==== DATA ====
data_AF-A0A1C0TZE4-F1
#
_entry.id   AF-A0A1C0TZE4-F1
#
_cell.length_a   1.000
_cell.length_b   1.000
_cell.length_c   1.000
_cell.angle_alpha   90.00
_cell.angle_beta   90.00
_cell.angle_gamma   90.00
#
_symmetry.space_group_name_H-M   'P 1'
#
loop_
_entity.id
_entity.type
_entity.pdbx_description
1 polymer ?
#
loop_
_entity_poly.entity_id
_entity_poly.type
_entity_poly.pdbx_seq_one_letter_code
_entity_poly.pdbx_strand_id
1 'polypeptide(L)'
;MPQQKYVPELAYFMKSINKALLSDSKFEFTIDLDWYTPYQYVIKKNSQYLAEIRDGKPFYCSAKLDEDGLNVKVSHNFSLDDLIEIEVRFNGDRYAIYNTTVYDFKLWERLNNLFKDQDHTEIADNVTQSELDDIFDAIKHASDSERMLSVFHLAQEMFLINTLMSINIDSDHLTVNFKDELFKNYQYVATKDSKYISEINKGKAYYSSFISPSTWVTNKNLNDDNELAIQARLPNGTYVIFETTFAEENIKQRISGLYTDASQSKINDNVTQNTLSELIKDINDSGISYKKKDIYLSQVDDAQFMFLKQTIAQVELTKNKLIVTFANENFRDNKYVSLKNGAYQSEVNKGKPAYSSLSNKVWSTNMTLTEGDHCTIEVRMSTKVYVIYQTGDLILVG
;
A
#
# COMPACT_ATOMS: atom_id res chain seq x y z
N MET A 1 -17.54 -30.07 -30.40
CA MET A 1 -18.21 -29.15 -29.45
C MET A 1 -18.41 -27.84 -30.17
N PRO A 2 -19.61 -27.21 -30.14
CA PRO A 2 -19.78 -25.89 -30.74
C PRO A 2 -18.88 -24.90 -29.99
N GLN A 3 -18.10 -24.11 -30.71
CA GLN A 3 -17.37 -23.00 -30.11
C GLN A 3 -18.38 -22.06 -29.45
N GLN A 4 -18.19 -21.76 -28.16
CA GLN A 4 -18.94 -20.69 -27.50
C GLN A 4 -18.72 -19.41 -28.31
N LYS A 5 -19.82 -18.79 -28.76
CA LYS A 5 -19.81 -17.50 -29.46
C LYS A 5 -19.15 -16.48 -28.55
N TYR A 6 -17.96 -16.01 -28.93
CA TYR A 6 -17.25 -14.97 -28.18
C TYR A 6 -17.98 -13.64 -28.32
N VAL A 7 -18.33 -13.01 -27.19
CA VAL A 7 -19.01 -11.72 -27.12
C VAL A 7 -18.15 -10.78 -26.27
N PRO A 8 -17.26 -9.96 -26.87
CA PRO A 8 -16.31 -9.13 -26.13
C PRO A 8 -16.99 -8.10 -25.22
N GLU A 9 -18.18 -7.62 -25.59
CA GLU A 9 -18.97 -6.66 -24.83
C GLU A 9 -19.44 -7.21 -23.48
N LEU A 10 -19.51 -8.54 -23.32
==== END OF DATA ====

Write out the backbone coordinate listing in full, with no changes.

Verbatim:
data_AF-A0A1C0TZE4-F1
#
_entry.id   AF-A0A1C0TZE4-F1
#
_cell.length_a   1.000
_cell.length_b   1.000
_cell.length_c   1.000
_cell.angle_alpha   90.00
_cell.angle_beta   90.00
_cell.angle_gamma   90.00
#
_symmetry.space_group_name_H-M   'P 1'
#
loop_
_entity.id
_entity.type
_entity.pdbx_description
1 polymer ?
#
loop_
_entity_poly.entity_id
_entity_poly.type
_entity_poly.pdbx_seq_one_letter_code
_entity_poly.pdbx_strand_id
1 'polypeptide(L)'
;MPQQKYVPELAYFMKSINKALLSDSKFEFTIDLDWYTPYQYVIKKNSQYLAEIRDGKPFYCSAKLDEDGLNVKVSHNFSLDDLIEIEVRFNGDRYAIYNTTVYDFKLWERLNNLFKDQDHTEIADNVTQSELDDIFDAIKHASDSERMLSVFHLAQEMFLINTLMSINIDSDHLTVNFKDELFKNYQYVATKDSKYISEINKGKAYYSSFISPSTWVTNKNLNDDNELAIQARLPNGTYVIFETTFAEENIKQRISGLYTDASQSKINDNVTQNTLSELIKDINDSGISYKKKDIYLSQVDDAQFMFLKQTIAQVELTKNKLIVTFANENFRDNKYVSLKNGAYQSEVNKGKPAYSSLSNKVWSTNMTLTEGDHCTIEVRMSTKVYVIYQTGDLILVG
;
A
#
# COMPACT_ATOMS: atom_id res chain seq x y z
N MET A 1 -17.54 -30.07 -30.40
CA MET A 1 -18.21 -29.15 -29.45
C MET A 1 -18.41 -27.84 -30.17
N PRO A 2 -19.61 -27.21 -30.14
CA PRO A 2 -19.78 -25.89 -30.74
C PRO A 2 -18.88 -24.90 -29.99
N GLN A 3 -18.10 -24.11 -30.71
CA GLN A 3 -17.37 -23.00 -30.11
C GLN A 3 -18.38 -22.06 -29.45
N GLN A 4 -18.19 -21.76 -28.16
CA GLN A 4 -18.94 -20.69 -27.50
C GLN A 4 -18.72 -19.41 -28.31
N LYS A 5 -19.82 -18.79 -28.76
CA LYS A 5 -19.81 -17.50 -29.46
C LYS A 5 -19.15 -16.48 -28.55
N TYR A 6 -17.96 -16.01 -28.93
CA TYR A 6 -17.25 -14.97 -28.18
C TYR A 6 -17.98 -13.64 -28.32
N VAL A 7 -18.33 -13.01 -27.19
CA VAL A 7 -19.01 -11.72 -27.12
C VAL A 7 -18.15 -10.78 -26.27
N PRO A 8 -17.26 -9.96 -26.87
CA PRO A 8 -16.31 -9.13 -26.13
C PRO A 8 -16.99 -8.10 -25.22
N GLU A 9 -18.18 -7.62 -25.59
CA GLU A 9 -18.97 -6.66 -24.83
C GLU A 9 -19.44 -7.21 -23.48
N LEU A 10 -19.51 -8.54 -23.32